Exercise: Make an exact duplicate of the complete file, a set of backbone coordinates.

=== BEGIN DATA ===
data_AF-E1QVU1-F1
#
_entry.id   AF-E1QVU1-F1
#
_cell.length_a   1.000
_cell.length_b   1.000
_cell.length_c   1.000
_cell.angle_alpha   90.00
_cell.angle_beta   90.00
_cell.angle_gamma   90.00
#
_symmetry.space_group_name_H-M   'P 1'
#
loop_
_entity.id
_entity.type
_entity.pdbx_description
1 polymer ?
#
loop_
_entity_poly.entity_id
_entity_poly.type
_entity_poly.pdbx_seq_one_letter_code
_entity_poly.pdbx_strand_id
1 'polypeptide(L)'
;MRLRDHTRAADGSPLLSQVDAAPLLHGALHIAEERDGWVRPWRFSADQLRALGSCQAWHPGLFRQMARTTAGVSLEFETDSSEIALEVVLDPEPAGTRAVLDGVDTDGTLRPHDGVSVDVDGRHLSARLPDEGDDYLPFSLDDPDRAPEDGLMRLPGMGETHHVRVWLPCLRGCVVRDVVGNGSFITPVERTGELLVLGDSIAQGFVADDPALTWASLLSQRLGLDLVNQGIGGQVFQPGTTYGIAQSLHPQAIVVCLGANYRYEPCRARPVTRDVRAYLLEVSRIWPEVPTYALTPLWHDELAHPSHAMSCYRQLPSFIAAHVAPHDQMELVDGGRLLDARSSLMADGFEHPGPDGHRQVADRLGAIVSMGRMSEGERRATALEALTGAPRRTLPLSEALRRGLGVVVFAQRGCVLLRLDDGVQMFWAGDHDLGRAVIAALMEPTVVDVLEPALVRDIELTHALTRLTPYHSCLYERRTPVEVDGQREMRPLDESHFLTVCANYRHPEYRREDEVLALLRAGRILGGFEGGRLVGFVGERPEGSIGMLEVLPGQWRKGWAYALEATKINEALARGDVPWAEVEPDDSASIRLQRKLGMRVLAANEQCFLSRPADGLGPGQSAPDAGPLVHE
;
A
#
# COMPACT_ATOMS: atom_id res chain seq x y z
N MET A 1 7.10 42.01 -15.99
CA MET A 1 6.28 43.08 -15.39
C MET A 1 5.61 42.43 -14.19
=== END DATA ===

data_AF-E1QVU1-F1
#
_entry.id   AF-E1QVU1-F1
#
_cell.length_a   1.000
_cell.length_b   1.000
_cell.length_c   1.000
_cell.angle_alpha   90.00
_cell.angle_beta   90.00
_cell.angle_gamma   90.00
#
_symmetry.space_group_name_H-M   'P 1'
#
loop_
_entity.id
_entity.type
_entity.pdbx_description
1 polymer ?
#
loop_
_entity_poly.entity_id
_entity_poly.type
_entity_poly.pdbx_seq_one_letter_code
_entity_poly.pdbx_strand_id
1 'polypeptide(L)'
;MRLRDHTRAADGSPLLSQVDAAPLLHGALHIAEERDGWVRPWRFSADQLRALGSCQAWHPGLFRQMARTTAGVSLEFETDSSEIALEVVLDPEPAGTRAVLDGVDTDGTLRPHDGVSVDVDGRHLSARLPDEGDDYLPFSLDDPDRAPEDGLMRLPGMGETHHVRVWLPCLRGCVVRDVVGNGSFITPVERTGELLVLGDSIAQGFVADDPALTWASLLSQRLGLDLVNQGIGGQVFQPGTTYGIAQSLHPQAIVVCLGANYRYEPCRARPVTRDVRAYLLEVSRIWPEVPTYALTPLWHDELAHPSHAMSCYRQLPSFIAAHVAPHDQMELVDGGRLLDARSSLMADGFEHPGPDGHRQVADRLGAIVSMGRMSEGERRATALEALTGAPRRTLPLSEALRRGLGVVVFAQRGCVLLRLDDGVQMFWAGDHDLGRAVIAALMEPTVVDVLEPALVRDIELTHALTRLTPYHSCLYERRTPVEVDGQREMRPLDESHFLTVCANYRHPEYRREDEVLALLRAGRILGGFEGGRLVGFVGERPEGSIGMLEVLPGQWRKGWAYALEATKINEALARGDVPWAEVEPDDSASIRLQRKLGMRVLAANEQCFLSRPADGLGPGQSAPDAGPLVHE
;
A
#
# COMPACT_ATOMS: atom_id res chain seq x y z
N MET A 1 7.10 42.01 -15.99
CA MET A 1 6.28 43.08 -15.39
C MET A 1 5.61 42.43 -14.19